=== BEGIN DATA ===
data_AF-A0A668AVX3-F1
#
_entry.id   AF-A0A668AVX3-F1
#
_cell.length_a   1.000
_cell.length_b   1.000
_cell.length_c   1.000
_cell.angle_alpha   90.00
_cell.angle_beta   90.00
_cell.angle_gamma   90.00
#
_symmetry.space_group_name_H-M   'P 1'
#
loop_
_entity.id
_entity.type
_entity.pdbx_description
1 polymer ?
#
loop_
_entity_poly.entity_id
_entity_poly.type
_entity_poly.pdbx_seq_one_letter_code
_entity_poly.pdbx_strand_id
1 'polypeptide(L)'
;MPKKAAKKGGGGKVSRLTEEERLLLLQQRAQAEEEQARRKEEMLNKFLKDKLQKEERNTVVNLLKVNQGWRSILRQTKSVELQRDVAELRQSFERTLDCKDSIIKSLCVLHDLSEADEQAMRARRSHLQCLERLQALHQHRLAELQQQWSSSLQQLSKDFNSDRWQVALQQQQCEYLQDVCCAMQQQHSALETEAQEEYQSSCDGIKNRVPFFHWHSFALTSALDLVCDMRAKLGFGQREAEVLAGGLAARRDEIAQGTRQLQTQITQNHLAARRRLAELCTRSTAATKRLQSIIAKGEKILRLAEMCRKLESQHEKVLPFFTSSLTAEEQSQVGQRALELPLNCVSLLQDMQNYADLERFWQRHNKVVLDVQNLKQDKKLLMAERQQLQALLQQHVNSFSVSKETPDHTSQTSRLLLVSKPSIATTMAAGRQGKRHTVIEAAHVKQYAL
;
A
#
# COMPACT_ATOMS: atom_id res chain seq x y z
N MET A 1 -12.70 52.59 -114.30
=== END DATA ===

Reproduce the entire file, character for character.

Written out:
data_AF-A0A668AVX3-F1
#
_entry.id   AF-A0A668AVX3-F1
#
_cell.length_a   1.000
_cell.length_b   1.000
_cell.length_c   1.000
_cell.angle_alpha   90.00
_cell.angle_beta   90.00
_cell.angle_gamma   90.00
#
_symmetry.space_group_name_H-M   'P 1'
#
loop_
_entity.id
_entity.type
_entity.pdbx_description
1 polymer ?
#
loop_
_entity_poly.entity_id
_entity_poly.type
_entity_poly.pdbx_seq_one_letter_code
_entity_poly.pdbx_strand_id
1 'polypeptide(L)'
;MPKKAAKKGGGGKVSRLTEEERLLLLQQRAQAEEEQARRKEEMLNKFLKDKLQKEERNTVVNLLKVNQGWRSILRQTKSVELQRDVAELRQSFERTLDCKDSIIKSLCVLHDLSEADEQAMRARRSHLQCLERLQALHQHRLAELQQQWSSSLQQLSKDFNSDRWQVALQQQQCEYLQDVCCAMQQQHSALETEAQEEYQSSCDGIKNRVPFFHWHSFALTSALDLVCDMRAKLGFGQREAEVLAGGLAARRDEIAQGTRQLQTQITQNHLAARRRLAELCTRSTAATKRLQSIIAKGEKILRLAEMCRKLESQHEKVLPFFTSSLTAEEQSQVGQRALELPLNCVSLLQDMQNYADLERFWQRHNKVVLDVQNLKQDKKLLMAERQQLQALLQQHVNSFSVSKETPDHTSQTSRLLLVSKPSIATTMAAGRQGKRHTVIEAAHVKQYAL
;
A
#
# COMPACT_ATOMS: atom_id res chain seq x y z
N MET A 1 -12.70 52.59 -114.30